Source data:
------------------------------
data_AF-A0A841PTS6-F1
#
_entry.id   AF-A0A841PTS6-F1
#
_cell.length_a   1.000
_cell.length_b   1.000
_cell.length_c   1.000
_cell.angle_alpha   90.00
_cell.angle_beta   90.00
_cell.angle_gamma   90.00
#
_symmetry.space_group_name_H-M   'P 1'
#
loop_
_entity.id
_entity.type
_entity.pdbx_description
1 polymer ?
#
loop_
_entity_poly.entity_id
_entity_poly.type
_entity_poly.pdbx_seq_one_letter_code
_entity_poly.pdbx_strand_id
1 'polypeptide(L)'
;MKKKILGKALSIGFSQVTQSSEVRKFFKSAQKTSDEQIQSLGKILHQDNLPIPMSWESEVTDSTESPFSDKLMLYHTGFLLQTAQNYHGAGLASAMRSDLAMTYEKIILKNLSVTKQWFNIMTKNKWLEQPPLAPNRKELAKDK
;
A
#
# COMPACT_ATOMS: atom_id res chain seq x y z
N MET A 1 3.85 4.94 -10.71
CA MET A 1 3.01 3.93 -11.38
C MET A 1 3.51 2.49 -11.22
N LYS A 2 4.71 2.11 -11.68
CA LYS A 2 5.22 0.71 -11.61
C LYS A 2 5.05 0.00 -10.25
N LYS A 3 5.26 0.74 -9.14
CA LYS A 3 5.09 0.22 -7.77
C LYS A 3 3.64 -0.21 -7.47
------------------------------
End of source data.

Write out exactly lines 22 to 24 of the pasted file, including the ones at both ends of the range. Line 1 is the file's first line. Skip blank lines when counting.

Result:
_entity_poly.type
_entity_poly.pdbx_seq_one_letter_code
_entity_poly.pdbx_strand_id